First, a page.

Google outlines types of data Android Apps on Play Store collect: Mandatory ‘Nutrition Labels’ will appear in App Privacy & Security section

Android Apps
Nutrition Labels for Android Apps are here via App Privacy & Security section. Pic credit: Muhammad Sadeeq/Pixabay

A new ‘Safety Section’ will start appearing inside app listings on Android Play Store. The ‘App Privacy & Security’ feature is akin to Apple Inc.’s ‘Nutrition Labels’, and will include all the types of data that apps collect from users.

Google recently confirmed the timeline for compiling information and collating the same for the “App Privacy & Security” section for apps in the Play Store. The search giant has outlined the different types of data that apps can and do collect from users.

Android apps on Google Play Store must have a correctly filled-out ‘App Privacy & Security’ section before April 2022:

Android app listings on the Google Play Store will have a new ‘App Privacy & Security’ section. It will offer details about the types of data the app collects, stores, processes, and shares with third parties.

The new section is mandatory, and so is a ‘Privacy Policy’. Essentially, Google is offering ‘Nutrition Labels’ for apps and expects users to be aware of the data they are willing to share with the developers if they wish to use the apps.

Developers can also win confidence by confirming if their apps use data encryption, follow Google’s Families policies, or whether they have been through independent audits for global security standards.

Google will soon start sending out questionnaires to developers. These forms will contain the multiple types and categories of data that the apps can collect. The forms also ask developers to confirm which types of data it shares with third parties.

General Google Play Store users will start seeing an app’s “App Privacy & Security” section early next year. The section would obviously include all of the data that the app developer provided.

Google outlines the different types of data that apps on the Play Store can collect:

Google Help Center has reportedly created a list of features, accessed data types, and purposes for using the data. Developers will have to disclose the information, which will become part of the “App Privacy & Security” section.

Some of the questions that developers must answer about their app’s features and security practices include:

  • Encryption in transit: Is data collected or shared by your app encrypted in transit? You’ll have the opportunity to disclose this on your label.
  • Deletion mechanism: Do you provide a way for users to request deletion of their data? You’ll have the opportunity to disclose this on your label.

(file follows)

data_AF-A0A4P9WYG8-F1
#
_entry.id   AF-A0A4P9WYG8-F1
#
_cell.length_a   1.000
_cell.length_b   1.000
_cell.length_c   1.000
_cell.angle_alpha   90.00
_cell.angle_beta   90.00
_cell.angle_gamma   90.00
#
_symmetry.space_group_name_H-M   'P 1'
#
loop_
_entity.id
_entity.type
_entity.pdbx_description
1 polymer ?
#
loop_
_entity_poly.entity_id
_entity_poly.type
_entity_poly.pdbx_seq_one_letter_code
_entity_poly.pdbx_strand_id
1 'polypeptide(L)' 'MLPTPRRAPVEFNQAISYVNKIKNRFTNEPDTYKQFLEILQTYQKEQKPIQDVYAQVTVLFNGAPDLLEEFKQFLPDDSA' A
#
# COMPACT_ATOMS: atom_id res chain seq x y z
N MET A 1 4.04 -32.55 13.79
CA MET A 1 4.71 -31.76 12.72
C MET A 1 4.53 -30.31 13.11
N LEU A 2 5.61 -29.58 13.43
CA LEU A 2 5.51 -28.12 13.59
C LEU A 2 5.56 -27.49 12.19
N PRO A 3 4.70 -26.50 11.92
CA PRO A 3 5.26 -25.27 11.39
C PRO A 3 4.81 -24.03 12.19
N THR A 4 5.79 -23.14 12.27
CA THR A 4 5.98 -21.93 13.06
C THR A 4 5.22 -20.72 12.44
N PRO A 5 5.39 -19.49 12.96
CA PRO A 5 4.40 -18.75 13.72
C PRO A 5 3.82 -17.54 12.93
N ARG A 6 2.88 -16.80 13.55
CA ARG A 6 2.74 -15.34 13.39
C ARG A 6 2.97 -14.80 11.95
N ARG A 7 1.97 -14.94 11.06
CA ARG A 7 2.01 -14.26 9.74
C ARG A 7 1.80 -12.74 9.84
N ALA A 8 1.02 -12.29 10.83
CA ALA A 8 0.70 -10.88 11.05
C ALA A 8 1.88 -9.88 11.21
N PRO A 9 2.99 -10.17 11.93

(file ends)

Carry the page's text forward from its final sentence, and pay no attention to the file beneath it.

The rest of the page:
• Families policy: Do your app’s data collection practices comply with Google Play’s Families Policy?
  • Independent security review: Are you interested in taking your app through an external security review based on a global standard? You’ll have the opportunity to have this displayed on your label.
  • How it’s collected: Is data collection optional or required to use the app?

Some of the data types that app developers must disclose their apps collect or share:

  • Location data like user approximate or precise location
  • Personal information like user name, phone number, and email address
  • Financial info like user credit card number and bank account number
  • Health and fitness information
  • Photos or videos
  • Audio files like sound recordings and music files
  • Storage like files and docs
  • Emails or texts
  • Calendar information
  • Contact information
  • Installed apps on the user device
  • Actions in apps like page views
  • App performance like crash logs and performance diagnostics
  • Identifiers like device id

Developers will also need to disclose the purposes behind collecting the aforementioned data:

  • App functionality required for the app to work;
  • Developer communications like reminders, notifications, promotions, and similar communications;
  • Analytics about how users use the app and how it performs;
  • Fraud prevention and security; or
  • Personalization of things like content and recommendations.

Google has indicated that this is just a preliminary list. The search giant will provide a complete list of intents, purposes, and other parameters in the near future.

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